Differences between Cloud Foundry and Kubernetes?

Cloud Foundry and Kubernetes both platform services for deploying cloud-native apps, and they both deal with containers, and the list goes on.

PCF is one example of an “application” PaaS, also called the Cloud Foundry Application Runtime, and Kubernetes is a “container” PaaS (sometimes called CaaS).

Pivotal Cloud Foundry is a high-level abstraction of cloud-native application development. You give PCF an application, and the platform does the rest. It does everything from understanding application dependencies to container building and scaling and wiring up networking and routing.

(source: pivotal.io) Pivotal Cloud Foundry architecture – open source and enterprise

Features

Applications run on Cloud Foundry are deployed, scaled and maintained by BOSH (PCF’s infrastructure management component). It deploys versioned software and the VM for it to run on and then monitors the application after deployment. Although the learning curve for BOSH is considered to be fairly high, once mastered it adds considerable value by boosting team productivity.

  • More basic features of Pivotal Cloud Foundry include:
  • Cloud Controller to direct application deployment
  • Deploy using Docker Images and Buildpacks
  • Automated routing of all incoming traffic to appropriate component
  • Instant (vertical or horizontal) application scaling
  • Cf CLI (PCF command line interface)
  • Cluster scheduler
  • Load balancer and DNS
  • “Loggregator” – Logging and metrics aggregation

Kubernetes is a container scheduler or orchestrator. With container orchestration tools, the user creates and maintains the container themselves. For many teams, having this flexibility and control over the application is preferred.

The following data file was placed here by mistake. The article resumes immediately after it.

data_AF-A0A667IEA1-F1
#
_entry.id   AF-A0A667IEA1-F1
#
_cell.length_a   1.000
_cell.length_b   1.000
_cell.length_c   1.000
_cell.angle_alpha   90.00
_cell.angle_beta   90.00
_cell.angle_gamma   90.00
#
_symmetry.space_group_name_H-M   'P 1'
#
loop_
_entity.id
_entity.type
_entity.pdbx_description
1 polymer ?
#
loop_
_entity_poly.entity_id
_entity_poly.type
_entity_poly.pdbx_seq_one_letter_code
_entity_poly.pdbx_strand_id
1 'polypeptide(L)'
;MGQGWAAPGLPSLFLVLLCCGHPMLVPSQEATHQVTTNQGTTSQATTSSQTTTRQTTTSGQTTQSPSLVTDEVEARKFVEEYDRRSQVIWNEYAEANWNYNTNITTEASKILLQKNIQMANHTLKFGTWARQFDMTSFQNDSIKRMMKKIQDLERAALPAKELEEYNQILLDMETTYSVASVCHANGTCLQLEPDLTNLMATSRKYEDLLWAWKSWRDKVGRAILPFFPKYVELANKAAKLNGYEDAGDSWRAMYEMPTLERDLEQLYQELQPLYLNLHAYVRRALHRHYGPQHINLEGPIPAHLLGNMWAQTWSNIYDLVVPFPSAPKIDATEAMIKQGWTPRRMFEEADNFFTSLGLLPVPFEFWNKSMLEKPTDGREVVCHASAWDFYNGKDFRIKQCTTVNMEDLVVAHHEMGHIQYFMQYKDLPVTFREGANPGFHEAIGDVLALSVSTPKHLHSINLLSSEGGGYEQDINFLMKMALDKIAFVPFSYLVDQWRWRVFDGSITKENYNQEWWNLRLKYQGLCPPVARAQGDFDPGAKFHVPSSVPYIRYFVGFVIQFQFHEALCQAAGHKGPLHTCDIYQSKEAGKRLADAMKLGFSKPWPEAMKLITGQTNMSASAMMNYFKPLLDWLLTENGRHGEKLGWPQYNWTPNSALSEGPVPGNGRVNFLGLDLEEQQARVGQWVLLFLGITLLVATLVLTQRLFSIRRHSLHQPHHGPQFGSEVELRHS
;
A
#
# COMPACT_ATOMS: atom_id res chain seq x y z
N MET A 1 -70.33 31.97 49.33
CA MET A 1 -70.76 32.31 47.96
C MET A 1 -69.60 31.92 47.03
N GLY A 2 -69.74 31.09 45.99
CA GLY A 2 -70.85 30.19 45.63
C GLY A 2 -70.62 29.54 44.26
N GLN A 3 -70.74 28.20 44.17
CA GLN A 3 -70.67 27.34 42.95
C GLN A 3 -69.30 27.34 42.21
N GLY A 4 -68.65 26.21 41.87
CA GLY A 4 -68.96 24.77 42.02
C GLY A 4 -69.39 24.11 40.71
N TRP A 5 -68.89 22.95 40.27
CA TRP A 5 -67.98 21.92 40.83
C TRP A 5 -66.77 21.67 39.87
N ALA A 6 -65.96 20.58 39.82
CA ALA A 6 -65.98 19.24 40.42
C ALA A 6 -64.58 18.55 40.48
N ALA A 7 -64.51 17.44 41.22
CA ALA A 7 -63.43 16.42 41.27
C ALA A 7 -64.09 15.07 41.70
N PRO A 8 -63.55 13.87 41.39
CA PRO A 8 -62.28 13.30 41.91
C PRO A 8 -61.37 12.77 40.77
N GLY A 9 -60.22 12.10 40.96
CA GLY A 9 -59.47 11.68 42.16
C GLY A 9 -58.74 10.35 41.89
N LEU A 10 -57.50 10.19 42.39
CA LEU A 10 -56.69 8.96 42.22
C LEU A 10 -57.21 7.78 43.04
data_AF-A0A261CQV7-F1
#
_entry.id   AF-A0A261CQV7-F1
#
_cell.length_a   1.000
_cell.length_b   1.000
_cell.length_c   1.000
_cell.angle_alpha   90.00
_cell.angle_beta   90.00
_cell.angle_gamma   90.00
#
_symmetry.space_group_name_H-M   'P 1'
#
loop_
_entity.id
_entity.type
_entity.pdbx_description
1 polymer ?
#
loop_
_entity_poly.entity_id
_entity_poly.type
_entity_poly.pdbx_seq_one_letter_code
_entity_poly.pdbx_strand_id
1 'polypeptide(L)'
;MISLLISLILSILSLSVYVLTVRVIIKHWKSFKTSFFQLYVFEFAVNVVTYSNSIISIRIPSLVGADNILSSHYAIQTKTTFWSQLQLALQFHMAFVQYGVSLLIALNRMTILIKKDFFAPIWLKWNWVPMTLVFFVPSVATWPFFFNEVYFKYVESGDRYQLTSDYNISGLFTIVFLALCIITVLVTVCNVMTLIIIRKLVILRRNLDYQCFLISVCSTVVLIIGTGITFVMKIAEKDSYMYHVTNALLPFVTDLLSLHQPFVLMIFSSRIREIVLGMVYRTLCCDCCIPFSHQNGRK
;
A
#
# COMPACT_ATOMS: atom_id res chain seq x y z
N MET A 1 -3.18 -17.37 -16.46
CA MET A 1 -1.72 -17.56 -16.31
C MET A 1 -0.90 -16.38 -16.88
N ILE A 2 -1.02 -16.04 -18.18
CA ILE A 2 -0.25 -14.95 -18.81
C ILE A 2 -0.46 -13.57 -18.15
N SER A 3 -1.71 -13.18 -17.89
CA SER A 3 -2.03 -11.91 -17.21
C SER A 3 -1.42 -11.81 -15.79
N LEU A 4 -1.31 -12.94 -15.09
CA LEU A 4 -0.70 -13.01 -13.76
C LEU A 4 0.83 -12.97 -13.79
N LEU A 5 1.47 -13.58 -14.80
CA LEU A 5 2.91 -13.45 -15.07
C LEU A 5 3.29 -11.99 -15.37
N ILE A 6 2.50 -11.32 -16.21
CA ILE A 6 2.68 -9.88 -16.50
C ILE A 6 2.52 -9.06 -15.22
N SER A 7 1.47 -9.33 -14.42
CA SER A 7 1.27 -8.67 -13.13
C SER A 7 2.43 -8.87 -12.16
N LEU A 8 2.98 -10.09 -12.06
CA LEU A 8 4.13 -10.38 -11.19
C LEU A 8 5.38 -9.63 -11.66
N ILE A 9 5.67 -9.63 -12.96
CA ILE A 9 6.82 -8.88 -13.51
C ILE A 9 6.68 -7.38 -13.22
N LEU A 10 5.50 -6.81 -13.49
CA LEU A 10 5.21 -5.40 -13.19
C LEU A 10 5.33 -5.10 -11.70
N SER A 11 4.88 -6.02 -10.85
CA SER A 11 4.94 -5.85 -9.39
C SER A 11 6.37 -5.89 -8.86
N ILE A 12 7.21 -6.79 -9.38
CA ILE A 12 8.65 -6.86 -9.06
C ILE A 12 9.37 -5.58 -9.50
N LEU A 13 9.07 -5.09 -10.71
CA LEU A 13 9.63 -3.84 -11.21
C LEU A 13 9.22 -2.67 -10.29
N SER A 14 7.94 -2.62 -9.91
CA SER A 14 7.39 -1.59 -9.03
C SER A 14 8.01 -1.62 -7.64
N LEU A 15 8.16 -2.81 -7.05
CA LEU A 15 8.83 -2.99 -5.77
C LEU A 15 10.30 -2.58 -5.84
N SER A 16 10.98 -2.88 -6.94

Instead of focusing only on the app, the developer needs to create the container and then maintain it in the future, for example, when anything on the stack has an update (a new JVM version, etc.).

(source: x-team.com) Kubernetes architecture

Features

Kubernetes is a mature container orchestrator that runs in the same market as Docker Swarm and Apache Mesos. In Kubernetes, containers are grouped together into pods based on logical dependencies which can then be easily scaled at runtime.

More basic features of Kubernetes include:

  • Master node for global control (scheduling, API server, data center)
  • Worker nodes (VM or physical machine) with services needed to run container pods
  • Auto-scaling of containers and volume management
  • Flexible architecture with replaceable components and 3rd party plugins
  • Stateful persistence layer
  • Kubectl (Kubernetes command line interface)
  • Active OSS community

For additional information you can review useful tutorials:

Concourse Fly CLI Cheat Sheet

Patterns and Anti-Patterns when Operating Cloud Foundry in a Private / Public Cloud

Cloud Foundry CLI Cheat Sheet

Factors in Cloud Native Applications [Webinar]

Author: Aditya Bhuyan

I am an IT Professional with close to two decades of experience. I mostly work in open source application development and cloud technologies. I have expertise in Java, Spring and Cloud Foundry.

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